10. Assuming the Division 10D qualifying expenditure was incurred in respect of the whole of the building in question, an example of a situation in which sub-section 124ZJ(1) would apply, on the basis that only part of the building is used for the purpose of producing assessable income, would be where certain rooms in a hotel are reserved wholly for use by the owner as residential accommodation. Another example would be where a home owner leases, on an arm's length basis, an identified part of his or her home (say, one bedroom) to a tenant. It may also be that other parts of the home are used partly for income-producing purposes and partly for private purposes (say, where the tenant also has access to general living areas), in which case there would be parts of the home that are -

.
exclusively for the use of the owner;
.
exclusively for use by the tenant;
.
for common use by the owner and the tenant.

11. In such cases, the deduction allowable should, as a general rule, be determined on a floor area basis - paragraph 10 of the Taxation Ruling No. IT 2167 describes the application of the floor area basis in cases such as the one illustrated in the second of the abovementioned examples. However, if there is evidence to show that a basis other than a floor area basis is more appropriate in the circumstances, that other basis should be adopted. For example, if a taxpayer could demonstrate that a floor area basis is inappropriate because, in fact, a larger proportion of the qualifying expenditure was attributable to the part of the building that is actually used for the purpose of producing assessable income (as could well be the case in a situation such as that illustrated in the first of the abovementioned examples), that expenditure basis should be accepted. Whatever basis is adopted, if the relevant part of the building was used for income-producing purposes during part only of the year of income, the deduction otherwise allowable would have to be further reduced in proportion to the number of days during the year that it was so used.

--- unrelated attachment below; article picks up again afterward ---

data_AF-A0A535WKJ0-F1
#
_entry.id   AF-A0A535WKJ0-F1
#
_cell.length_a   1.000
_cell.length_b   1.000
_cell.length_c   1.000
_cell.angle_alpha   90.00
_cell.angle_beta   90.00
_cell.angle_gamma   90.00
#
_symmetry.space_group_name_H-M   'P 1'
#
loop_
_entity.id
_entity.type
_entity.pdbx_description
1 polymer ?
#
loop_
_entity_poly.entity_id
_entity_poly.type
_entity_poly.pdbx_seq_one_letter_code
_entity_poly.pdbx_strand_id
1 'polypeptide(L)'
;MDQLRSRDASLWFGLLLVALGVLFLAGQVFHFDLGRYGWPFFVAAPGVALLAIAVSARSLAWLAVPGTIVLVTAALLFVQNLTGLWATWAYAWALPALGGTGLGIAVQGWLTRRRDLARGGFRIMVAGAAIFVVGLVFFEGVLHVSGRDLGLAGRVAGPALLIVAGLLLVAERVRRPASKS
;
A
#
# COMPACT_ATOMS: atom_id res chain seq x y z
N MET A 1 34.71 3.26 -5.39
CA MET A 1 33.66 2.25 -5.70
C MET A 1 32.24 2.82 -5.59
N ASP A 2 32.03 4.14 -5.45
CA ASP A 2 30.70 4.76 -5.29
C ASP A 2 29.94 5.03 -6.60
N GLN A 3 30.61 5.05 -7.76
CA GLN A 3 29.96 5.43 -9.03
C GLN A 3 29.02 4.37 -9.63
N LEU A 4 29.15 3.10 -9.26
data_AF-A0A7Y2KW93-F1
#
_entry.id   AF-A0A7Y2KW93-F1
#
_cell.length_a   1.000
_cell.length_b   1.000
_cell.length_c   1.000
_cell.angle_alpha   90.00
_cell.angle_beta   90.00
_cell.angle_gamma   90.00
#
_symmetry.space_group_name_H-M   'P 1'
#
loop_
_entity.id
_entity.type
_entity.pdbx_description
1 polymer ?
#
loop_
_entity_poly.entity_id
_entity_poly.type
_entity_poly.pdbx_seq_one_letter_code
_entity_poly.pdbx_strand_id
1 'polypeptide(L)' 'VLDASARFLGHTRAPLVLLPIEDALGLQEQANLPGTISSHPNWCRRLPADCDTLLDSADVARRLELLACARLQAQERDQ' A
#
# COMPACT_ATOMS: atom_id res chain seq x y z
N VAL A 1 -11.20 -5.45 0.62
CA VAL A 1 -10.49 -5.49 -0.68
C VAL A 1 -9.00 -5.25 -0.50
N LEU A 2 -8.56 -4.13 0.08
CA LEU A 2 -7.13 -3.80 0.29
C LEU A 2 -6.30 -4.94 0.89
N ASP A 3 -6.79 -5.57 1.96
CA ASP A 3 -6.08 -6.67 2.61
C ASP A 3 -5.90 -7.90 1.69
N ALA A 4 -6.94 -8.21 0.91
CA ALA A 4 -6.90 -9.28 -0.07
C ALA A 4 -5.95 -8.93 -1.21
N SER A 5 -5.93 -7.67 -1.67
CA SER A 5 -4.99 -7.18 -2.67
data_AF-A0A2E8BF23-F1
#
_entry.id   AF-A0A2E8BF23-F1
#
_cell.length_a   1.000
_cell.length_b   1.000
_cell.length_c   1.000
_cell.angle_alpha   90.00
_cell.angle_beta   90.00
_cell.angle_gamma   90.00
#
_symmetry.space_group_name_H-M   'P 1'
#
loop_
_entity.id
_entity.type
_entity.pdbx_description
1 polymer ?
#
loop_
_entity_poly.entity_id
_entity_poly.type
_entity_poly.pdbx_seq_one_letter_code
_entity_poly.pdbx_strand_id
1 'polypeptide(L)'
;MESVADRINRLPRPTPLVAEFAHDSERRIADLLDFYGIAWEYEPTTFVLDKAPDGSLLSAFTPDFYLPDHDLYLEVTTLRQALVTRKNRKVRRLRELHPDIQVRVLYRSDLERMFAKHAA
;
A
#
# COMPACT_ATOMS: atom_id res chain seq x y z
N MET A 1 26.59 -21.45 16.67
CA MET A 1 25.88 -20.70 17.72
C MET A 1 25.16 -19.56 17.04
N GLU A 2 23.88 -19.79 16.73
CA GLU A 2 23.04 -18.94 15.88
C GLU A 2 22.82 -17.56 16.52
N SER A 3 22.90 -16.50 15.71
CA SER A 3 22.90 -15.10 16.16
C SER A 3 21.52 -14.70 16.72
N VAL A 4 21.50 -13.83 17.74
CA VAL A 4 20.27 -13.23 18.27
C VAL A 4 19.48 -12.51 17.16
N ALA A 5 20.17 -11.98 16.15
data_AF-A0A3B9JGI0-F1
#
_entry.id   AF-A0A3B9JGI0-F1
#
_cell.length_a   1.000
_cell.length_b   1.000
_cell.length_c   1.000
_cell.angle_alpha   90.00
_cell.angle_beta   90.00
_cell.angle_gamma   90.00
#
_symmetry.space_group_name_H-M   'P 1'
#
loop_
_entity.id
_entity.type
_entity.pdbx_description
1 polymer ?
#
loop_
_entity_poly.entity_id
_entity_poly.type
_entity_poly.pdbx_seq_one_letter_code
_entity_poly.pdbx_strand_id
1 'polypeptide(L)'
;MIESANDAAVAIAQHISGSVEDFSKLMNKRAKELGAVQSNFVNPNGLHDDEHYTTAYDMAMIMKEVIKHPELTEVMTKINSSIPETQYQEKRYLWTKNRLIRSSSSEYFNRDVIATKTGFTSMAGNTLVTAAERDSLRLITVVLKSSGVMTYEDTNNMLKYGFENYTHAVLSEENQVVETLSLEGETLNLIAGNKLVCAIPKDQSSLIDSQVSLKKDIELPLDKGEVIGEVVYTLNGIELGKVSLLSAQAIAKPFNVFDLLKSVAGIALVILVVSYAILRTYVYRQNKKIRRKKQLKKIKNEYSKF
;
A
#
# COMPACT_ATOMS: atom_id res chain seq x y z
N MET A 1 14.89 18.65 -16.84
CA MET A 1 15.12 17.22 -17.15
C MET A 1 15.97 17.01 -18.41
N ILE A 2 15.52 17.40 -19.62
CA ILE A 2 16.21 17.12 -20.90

12. Of course, where Division 10D qualifying expenditure is incurred wholly in respect of an area actually used to produce assessable income (for example, where an existing residence is extended to provide a bedroom for the exclusive use of an arm's length tenant or where a hotel in which the owner resides is extended to provide further public areas), sub-section 124ZJ(1) would have no application and Division 10D deductions would, subject to section 124ZH, be allowable in respect of the full amount of the expenditure. Conversely, if the qualifying expenditure relates wholly to an area used exclusively for a purpose other than one of producing assessable income, no deduction would be allowable.

COMMISSIONER OF TAXATION
16 April 1987

References

ATO references:
NO L85/106-0

Date of effect:
Immediate

Subject References:
DEDUCTIONS FOR CAPITAL EXPENDITURE ON RESIDENTIAL INCOME PRODUCING BUILDINGS

Legislative References:
DIV. 10D